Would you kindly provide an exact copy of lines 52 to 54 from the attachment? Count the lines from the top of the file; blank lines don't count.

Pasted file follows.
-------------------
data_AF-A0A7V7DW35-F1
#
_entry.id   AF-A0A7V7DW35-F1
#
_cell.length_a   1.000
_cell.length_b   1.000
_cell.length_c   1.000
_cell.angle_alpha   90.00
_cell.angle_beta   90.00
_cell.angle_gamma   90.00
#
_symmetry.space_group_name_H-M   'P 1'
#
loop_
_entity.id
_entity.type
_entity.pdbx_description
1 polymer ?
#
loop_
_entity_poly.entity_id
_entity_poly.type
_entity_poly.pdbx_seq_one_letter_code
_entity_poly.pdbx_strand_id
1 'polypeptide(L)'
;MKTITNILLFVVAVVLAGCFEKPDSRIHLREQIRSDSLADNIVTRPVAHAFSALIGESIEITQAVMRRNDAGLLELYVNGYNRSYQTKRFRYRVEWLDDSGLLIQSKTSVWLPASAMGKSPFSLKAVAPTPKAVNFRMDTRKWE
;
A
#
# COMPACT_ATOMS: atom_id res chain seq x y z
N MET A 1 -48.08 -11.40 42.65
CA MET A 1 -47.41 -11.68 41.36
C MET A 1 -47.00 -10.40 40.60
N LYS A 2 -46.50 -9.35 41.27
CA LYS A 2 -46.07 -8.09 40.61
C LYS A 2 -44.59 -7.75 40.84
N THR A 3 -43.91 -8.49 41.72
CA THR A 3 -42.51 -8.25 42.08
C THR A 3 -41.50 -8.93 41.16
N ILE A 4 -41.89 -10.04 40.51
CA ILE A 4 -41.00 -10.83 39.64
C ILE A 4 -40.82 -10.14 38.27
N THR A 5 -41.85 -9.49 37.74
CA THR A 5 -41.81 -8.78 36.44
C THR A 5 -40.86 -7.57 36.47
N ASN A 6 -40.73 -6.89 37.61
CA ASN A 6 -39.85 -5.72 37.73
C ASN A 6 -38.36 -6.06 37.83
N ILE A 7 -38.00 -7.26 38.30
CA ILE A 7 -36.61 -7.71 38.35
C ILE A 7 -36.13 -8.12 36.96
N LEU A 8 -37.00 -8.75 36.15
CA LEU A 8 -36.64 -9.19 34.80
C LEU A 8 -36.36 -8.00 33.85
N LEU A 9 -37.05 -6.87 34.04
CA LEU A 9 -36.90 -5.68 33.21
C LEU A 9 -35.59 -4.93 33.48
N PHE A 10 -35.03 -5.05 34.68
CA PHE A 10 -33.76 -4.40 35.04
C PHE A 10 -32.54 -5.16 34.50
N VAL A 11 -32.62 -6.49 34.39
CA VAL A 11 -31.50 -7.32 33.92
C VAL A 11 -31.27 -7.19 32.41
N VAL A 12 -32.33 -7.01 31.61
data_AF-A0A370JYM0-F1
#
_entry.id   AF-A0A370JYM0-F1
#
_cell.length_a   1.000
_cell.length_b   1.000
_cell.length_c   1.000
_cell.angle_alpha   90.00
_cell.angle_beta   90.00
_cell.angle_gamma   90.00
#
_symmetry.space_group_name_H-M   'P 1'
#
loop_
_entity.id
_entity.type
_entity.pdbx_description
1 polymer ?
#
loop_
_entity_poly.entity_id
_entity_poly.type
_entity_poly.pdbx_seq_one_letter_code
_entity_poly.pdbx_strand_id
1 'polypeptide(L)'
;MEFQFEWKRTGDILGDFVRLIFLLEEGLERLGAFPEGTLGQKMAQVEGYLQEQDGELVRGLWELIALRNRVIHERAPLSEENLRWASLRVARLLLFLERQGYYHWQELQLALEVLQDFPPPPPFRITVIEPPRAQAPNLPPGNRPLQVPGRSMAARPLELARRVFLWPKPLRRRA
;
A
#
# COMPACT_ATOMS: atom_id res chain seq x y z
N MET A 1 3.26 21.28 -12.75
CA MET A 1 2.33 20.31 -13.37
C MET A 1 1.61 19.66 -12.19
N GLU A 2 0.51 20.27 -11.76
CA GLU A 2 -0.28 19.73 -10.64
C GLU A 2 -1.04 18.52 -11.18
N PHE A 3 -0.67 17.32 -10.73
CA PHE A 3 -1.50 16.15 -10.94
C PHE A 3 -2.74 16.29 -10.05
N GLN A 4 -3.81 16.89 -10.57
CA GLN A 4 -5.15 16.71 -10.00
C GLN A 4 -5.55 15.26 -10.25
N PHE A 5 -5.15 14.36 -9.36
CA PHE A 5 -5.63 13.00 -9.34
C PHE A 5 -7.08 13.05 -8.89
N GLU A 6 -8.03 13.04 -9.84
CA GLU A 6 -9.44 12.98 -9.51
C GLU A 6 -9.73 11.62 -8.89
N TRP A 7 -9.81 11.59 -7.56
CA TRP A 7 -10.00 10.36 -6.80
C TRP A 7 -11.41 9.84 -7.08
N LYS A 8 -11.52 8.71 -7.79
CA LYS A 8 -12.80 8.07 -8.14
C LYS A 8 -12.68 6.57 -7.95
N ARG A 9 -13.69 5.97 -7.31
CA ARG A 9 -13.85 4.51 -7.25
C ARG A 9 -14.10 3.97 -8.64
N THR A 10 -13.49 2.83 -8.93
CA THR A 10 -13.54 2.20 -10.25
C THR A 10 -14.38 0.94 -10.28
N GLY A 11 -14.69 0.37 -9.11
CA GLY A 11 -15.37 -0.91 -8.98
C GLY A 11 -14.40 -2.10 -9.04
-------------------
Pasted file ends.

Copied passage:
N LEU A 8 -37.00 -8.75 36.15
CA LEU A 8 -36.64 -9.19 34.80
C LEU A 8 -36.36 -8.00 33.85